Coverage of Virginia politics and the 2014 election.
Va Senate Democrats say power should be shared
Last week after the dust settled from the legislative elections, leaving Republicans and Democrats with 20 Virginia state Senate seats each, Republicans declared themselves the majority, saying that the tie-breaking vote of Lt. Gov. Bill Bolling effectively gave them control.
Now Democrats are saying not so fast.
The Senate Democratic caucus met in a caucus retreat in Fairfax Friday. According to a press release, they agreed unanimously to fight back against Republican claims of control.
“Virginians elected 20 senators of each party and it’s only right the power in the Senate is divided equally,” said Sen. Dick Saslaw, D-Fairfax. “The Republicans are wrong to try and grab power when half the state voted for Democrats. It’s a question of fairness. The Republicans are trying to overrule the will of the people and claim a majority they did not earn.”
Sen. Don McEachin, D-Henrico, said the constitution says Senate organization is done by “elected members of the Senate” and that as lieutenant governor, Bolling is not a “member of the Senate” and thus doesn’t have a vote in organizational matters.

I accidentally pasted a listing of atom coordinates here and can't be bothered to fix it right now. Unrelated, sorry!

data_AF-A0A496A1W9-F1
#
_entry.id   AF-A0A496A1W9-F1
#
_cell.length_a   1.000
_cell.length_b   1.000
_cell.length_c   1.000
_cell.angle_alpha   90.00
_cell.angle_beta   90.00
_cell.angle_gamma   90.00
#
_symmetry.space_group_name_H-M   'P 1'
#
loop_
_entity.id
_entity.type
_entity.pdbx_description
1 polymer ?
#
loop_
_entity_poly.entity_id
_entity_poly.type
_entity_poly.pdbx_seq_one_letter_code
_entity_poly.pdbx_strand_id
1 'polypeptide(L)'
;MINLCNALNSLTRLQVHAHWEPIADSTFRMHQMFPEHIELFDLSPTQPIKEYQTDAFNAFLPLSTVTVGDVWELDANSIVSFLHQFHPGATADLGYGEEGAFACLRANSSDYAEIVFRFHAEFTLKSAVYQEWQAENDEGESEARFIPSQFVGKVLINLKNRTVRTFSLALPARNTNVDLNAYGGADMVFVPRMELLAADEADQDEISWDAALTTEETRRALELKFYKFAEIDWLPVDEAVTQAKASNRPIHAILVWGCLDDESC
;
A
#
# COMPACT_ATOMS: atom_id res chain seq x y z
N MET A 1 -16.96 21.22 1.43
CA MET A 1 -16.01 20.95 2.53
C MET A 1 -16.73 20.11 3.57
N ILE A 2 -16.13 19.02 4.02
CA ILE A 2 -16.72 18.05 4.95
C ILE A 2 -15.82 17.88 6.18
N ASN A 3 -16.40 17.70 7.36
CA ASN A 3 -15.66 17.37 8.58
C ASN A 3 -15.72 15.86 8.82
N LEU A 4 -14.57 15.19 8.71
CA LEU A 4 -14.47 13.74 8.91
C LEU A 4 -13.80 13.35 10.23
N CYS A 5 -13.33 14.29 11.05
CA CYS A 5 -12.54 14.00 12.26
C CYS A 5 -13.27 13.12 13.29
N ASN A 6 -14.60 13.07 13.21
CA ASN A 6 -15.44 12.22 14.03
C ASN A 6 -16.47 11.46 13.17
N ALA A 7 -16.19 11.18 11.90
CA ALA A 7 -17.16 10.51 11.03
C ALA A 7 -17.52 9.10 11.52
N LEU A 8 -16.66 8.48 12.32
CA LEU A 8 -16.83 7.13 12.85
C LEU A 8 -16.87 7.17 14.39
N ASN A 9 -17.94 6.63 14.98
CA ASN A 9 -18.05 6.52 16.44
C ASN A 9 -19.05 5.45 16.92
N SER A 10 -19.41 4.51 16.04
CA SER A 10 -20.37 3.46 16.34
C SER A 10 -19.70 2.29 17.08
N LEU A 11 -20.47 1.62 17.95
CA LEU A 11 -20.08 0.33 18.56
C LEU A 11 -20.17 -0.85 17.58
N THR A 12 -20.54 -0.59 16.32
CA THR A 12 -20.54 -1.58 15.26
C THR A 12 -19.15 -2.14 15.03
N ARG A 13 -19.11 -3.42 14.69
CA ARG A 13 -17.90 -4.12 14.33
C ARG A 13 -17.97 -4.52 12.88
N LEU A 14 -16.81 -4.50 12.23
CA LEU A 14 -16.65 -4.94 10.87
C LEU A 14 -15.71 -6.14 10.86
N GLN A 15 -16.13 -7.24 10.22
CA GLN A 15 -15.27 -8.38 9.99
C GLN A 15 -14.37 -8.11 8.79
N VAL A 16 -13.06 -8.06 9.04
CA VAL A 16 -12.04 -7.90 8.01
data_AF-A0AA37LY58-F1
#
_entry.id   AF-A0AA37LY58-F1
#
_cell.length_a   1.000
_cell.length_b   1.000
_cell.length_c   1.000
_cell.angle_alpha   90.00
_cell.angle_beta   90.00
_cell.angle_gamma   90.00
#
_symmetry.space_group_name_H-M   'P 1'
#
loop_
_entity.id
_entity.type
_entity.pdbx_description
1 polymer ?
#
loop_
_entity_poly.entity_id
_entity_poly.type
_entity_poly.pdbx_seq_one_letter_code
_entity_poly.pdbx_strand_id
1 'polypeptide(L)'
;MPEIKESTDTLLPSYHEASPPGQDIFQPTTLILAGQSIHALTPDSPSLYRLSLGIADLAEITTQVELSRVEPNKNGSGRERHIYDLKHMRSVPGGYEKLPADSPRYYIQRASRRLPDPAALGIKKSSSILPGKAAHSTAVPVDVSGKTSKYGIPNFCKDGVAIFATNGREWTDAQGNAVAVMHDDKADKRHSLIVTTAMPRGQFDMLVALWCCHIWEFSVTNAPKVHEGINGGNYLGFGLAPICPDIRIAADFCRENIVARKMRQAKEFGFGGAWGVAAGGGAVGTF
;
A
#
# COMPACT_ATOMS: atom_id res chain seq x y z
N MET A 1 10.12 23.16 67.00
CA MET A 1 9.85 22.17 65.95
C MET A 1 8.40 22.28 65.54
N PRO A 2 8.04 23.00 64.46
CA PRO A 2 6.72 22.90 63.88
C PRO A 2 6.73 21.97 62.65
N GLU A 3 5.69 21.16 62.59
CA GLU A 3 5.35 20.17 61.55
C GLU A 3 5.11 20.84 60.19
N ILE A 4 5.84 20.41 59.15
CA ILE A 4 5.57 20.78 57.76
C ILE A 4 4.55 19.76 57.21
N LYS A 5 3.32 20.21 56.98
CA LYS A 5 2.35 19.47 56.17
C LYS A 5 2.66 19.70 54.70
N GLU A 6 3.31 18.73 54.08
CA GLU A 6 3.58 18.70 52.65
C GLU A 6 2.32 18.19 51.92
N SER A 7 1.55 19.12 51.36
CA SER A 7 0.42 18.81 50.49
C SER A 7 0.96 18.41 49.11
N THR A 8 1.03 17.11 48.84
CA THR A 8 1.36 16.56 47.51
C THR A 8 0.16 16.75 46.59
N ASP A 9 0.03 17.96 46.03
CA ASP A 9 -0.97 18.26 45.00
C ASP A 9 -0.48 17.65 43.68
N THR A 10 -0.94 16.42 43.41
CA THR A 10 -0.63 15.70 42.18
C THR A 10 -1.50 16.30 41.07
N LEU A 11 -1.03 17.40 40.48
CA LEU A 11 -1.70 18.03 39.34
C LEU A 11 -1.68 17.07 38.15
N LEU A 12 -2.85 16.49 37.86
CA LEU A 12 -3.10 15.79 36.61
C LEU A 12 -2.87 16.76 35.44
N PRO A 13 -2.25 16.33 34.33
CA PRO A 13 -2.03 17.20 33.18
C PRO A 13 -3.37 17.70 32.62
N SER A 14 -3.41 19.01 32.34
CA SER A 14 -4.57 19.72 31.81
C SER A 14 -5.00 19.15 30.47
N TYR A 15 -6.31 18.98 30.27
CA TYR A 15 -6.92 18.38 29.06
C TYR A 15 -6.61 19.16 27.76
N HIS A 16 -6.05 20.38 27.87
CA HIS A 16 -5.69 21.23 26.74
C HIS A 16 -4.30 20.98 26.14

But that has never been tested in court. In 1996, when each party last had 20 members, Democrats agreed to share power with Republicans, and some committees had co-chairmen from each party. But as Republicans pointed out last week, Democrats did that only because then-senator Virgil Goode threatened to defect to the Republicans if power wasn’t shared.
The Democrats then were prepared to take control, and asked state constitutional scholar A. E. “Dick” Howard for an opinion on the lieutenant governor’s voting abilities. Howard wrote an opinion that said the lieutenant governor had broad power to vote on ties, and it’s that opinion Republicans are relying on now.
Nevertheless, McEachin said a precedent was set by that earlier power-sharing agreement.
“We see no reason why it should be different now,” McEachin said. He cited a statement from then-Gov. George Allen, who said at the time that power-sharing was “reflective of the balance and equity that should be accorded the election results.”